Dear General Convention
Robert and I have been together for almost 13 years now. As I look back on our journey together I sometimes wonder how we ever managed to become a family. When I met Robert, he was a single father, raising his two biological daughters, then ages 8 and 14. I had just recently joined an Episcopal church in Dallas, and to my surprise, he started going with me, enjoyed the service and started bringing the girls. The four of us joined and became regular fixtures.
Looking back on those years, I think we were viewed as kind of a curiosity, since Robert and the girls are of Mexican descent, and the church seemed 99% Anglo. In addition, we were one of only a handful of same-sex couples who attended regularly. To my knowledge, we were the only same-sex couple with children in that church, whose membership is well into the thousands. Were we accepted there? I’m sure some accepted us, others kept their opinions to themselves, and probably some just weren’t sure.
Robert and I got married in a civil ceremony in New York in 2011. Our youngest daughter was there with us, as well as a friend for a witness, but other than that it was a ceremony in front of strangers. Did that civil judge promise to be there for us in future years as we struggled through the inevitable challenges every couple faces? No. Did we have a body of like-minded believers promising to support us and help nurture our marriage? No. Did we feel like we were making our vows in front of God and witnessed by other believers? I wish the answer was a strong “Yes,” but honestly, that wasn’t really part of the event.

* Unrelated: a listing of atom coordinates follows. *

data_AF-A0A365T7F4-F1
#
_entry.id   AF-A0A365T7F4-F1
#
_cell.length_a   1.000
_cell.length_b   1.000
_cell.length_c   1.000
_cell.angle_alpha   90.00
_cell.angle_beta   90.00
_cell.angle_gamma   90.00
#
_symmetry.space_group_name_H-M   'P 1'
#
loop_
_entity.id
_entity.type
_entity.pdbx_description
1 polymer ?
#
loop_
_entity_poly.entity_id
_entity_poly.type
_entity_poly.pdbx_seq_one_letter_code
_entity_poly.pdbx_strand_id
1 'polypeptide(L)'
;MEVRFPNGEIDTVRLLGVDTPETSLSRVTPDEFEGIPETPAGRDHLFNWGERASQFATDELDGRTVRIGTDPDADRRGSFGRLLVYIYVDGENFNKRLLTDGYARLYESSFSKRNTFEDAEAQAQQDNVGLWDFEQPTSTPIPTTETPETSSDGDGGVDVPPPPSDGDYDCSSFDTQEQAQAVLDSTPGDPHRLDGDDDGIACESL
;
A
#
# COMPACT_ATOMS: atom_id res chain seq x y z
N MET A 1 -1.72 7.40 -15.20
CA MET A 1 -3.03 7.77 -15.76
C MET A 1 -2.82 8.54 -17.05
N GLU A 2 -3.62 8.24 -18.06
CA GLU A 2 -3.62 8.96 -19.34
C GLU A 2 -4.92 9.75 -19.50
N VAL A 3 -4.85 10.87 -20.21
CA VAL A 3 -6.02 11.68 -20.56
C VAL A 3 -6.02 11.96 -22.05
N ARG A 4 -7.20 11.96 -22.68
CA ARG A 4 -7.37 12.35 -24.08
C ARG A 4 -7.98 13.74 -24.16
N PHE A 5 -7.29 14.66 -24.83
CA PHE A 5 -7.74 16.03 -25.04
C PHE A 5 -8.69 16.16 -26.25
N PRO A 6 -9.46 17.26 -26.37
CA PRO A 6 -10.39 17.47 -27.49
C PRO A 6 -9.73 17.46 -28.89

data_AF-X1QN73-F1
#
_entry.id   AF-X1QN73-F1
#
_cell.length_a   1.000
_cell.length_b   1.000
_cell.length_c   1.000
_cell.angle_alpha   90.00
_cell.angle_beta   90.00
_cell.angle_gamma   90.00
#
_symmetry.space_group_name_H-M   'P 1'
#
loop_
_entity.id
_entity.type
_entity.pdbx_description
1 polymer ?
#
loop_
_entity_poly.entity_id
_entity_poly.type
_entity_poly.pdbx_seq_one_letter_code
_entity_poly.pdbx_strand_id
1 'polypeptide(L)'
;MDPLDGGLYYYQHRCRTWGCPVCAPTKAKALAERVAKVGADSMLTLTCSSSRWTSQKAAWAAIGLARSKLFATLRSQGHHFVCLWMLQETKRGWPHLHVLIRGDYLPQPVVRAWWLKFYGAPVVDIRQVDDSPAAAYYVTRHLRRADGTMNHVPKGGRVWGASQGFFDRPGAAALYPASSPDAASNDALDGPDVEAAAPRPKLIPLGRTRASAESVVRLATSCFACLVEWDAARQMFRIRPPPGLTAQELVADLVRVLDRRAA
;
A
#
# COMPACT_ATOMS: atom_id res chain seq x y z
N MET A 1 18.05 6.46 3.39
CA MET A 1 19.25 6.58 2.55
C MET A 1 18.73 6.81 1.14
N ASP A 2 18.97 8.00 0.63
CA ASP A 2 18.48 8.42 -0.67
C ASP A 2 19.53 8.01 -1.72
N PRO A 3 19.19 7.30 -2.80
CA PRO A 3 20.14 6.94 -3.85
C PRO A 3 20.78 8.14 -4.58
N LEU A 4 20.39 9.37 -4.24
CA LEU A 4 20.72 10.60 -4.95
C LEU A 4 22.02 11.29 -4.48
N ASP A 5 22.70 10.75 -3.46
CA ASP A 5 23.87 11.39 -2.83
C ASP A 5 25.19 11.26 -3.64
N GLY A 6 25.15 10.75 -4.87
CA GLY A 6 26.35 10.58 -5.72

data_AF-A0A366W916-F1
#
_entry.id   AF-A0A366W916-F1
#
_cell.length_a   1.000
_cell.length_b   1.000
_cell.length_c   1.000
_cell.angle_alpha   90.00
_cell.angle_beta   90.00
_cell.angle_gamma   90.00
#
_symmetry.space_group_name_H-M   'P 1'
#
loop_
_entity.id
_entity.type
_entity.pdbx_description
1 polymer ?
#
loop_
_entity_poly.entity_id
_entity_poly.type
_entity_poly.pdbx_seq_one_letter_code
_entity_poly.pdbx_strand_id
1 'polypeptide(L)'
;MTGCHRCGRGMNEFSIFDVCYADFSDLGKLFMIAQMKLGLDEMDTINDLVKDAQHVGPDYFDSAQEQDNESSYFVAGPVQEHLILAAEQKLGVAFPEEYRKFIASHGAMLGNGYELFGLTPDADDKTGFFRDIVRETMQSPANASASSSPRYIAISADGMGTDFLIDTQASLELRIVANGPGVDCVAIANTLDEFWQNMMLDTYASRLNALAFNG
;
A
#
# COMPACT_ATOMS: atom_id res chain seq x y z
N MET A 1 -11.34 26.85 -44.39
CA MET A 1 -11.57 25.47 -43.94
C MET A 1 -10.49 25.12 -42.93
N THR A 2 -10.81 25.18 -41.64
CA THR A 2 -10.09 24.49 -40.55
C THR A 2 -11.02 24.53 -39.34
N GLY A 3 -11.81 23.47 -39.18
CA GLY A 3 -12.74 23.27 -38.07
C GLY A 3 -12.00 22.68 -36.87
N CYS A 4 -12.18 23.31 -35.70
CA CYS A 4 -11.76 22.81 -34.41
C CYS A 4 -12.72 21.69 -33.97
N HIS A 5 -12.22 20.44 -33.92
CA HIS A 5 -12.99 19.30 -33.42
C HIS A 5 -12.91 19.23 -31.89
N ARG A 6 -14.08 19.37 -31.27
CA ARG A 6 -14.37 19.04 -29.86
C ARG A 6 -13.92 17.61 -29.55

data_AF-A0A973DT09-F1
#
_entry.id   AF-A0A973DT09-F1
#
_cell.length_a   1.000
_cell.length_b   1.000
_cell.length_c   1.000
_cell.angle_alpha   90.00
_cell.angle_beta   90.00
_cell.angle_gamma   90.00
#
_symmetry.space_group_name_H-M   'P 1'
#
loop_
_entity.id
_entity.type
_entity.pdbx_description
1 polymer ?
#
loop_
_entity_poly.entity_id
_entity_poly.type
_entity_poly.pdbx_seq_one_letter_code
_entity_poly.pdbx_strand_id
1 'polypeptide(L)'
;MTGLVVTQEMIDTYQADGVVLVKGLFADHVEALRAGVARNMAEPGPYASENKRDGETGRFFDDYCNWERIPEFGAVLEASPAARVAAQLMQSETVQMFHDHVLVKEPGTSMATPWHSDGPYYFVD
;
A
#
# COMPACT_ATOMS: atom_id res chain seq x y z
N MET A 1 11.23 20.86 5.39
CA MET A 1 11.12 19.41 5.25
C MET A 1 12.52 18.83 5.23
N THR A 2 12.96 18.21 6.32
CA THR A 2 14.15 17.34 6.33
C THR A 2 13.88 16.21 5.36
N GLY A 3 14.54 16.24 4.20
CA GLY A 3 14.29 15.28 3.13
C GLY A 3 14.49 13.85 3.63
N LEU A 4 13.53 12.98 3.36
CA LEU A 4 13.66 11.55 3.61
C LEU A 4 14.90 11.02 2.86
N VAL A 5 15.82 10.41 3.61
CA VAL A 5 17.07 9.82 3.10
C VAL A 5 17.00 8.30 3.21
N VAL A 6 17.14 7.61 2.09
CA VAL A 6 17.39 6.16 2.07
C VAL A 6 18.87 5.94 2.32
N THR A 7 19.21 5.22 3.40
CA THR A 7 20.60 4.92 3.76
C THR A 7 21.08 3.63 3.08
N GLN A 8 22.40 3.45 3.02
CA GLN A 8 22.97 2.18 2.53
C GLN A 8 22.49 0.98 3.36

Fast-forward 6 or 7 years and now Robert and I are empty-nesters and have moved to a wonderful, supportive, inclusive Episcopal church where we are welcomed in as a couple, and where there are many other same-sex couples (and opposite-sex couples). How wonderful it would be for us if we could reaffirm our vows properly, in OUR church, in front of OUR friends and chosen family. Unfortunately, this is not possible with the current state of affairs in the Diocese of Dallas.
We lament this situation not just for us, but for other gay people who meet someone and wish to commit to one another for the rest of their lives. Should the church encourage them to marry, as it does for straight couples? Why would we condemn promiscuity for straight couples, but fail to provide any alternative to it for gay couples? Shouldn’t the stereotypical motherly advice to a young man or woman who is “running wild” to “settle down and get married” be beneficial to someone regardless of their sexual orientation?
Finally, as the parents of two beautiful young adult daughters, what is our message to them? Is it important to get married in your own church, or is it okay to just live together as so many are doing these days, or just have a civil ceremony? If we all show them that marriage should be an integral part of a couples’ spiritual life and fight for the rights for all couples in the Diocese of Dallas to have that right in their own church, maybe that message will be received.
John Guilford & Robert Dijas